Source: Company's filings
Baltic Dry Index Outlook
Is the worst already over for Scorpio Bulkers? It certainly seems so from the financial standpoint. As the company maintains a fairly strong financial position despite its past, continued revenue growth might soon drag its margins from the underwater level. However, as indicated by my Q4 earnings estimates, I am not particularly optimistic on the company as the industry conditions remain quite challenging.
Currently, the major risks for the stock include (but are not limited to) the following:
- The above-mentioned dilution concerns continue to pose a significant threat to the existing shareholders;
- the current state of the iron ore price rally; and
- the current state of the coking coal price rally.
It is true that the recent rally in the value of the Baltic Dry Index has led to surprising short-term consequences. However, current iron ore and coking coal price dynamics have a lot of analysts scratching their heads. Considering the impact these two commodities have on the index, a pullback in Chinese coking coal imports and/or iron ore prices might have an adverse impact on dry bulk shipping rates.
"When it comes to China's coal production, is it more important that output in November recorded yet another decline year-on-year, or that it rose for a second straight month?" writes Reuters. "If you want to be bullish on coal prices, the 5.1 percent decline in domestic coal production to 308.1 million tonnes in November from the same month in 2015 would be your focus. If you wanted to be bearish, the fact that coal production rose 9 percent from October, the second straight monthly gain, is more vital. October's coal output was 281.85 million tonnes, meaning that in volume terms China mined 26.25 million tonnes more in November. This isn't insignificant, given that November imports were 26.97 million tonnes, a number that was the highest in 18 months. In other words, the increase in domestic output was roughly the same as the volume of imports."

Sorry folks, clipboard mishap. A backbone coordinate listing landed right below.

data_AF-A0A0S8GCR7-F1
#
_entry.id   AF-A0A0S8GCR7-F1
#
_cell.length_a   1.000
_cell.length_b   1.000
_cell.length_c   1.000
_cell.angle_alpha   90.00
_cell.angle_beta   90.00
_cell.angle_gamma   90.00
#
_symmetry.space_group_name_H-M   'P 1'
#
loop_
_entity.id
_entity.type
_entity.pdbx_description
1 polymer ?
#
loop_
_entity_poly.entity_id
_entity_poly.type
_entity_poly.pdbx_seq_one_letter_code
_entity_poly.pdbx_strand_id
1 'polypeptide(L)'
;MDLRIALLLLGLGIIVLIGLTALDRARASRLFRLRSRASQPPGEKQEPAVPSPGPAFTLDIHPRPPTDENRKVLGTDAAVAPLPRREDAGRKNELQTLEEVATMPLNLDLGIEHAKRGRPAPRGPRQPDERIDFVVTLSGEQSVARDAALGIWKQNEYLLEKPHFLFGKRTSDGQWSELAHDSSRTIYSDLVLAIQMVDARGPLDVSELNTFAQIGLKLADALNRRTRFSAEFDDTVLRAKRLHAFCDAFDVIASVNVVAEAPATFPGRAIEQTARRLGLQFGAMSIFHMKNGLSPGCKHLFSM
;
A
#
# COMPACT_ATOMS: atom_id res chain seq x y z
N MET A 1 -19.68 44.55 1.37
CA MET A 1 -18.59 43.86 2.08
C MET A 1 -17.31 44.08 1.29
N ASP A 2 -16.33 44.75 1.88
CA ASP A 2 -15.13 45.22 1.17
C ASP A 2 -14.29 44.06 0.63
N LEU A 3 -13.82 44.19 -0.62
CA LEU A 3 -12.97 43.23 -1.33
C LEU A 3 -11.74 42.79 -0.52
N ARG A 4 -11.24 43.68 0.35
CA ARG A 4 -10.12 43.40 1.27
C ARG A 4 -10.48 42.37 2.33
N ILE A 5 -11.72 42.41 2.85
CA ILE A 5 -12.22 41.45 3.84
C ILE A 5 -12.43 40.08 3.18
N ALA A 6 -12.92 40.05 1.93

At the same time, price outlook for iron - which essentially is a steel price play - is even more tricky. Despite the multiple reports on high grade iron ore shortage and tight steel supply in China, the country's steel production is not falling too fast.
Source: Trading Economics
"Since steel shutdowns have been one of the main drivers of the steel rally, in our view, we don't think iron ore rallying is fundamentally justified, though it is clear that Chinese market participants disagree," Macquarie was quoted as saying in a Reuters article.
Despite upping their iron ore price forecasts, Goldman and JPMorgan are also not too bullish given the current spot price of $80.47 (NYMEX).
Source: South China Morning Post
Conclusion: Don't Get Bullish Too Early
Even though the recent price action might attract significant speculative interest, near-term outlook for the stock is rather uncertain. Even though the company seems to be on the right track, the stock might lose a substantial part of its recent gains should the dry bulk shipping rates experience a pullback in the nearest future. As the stock is about to plunge below its SMA50 as of this writing, a pullback towards the SMA200 at $3.72 is supported by technical indicators.
Thus, despite having a significant interest in the stock's medium-to-long term outlook, for the time being, I remain neutral on Scorpio Bulkers' stock.
Disclosure: I/we have no positions in any stocks mentioned, and no plans to initiate any positions within the next 72 hours. I wrote this article myself, and it expresses my own opinions. I am not receiving compensation for it (other than from Seeking Alpha). I have no business relationship with any company whose stock is mentioned in this article.
Additional disclosure: This is not an investment advice. I am not an investment advisor.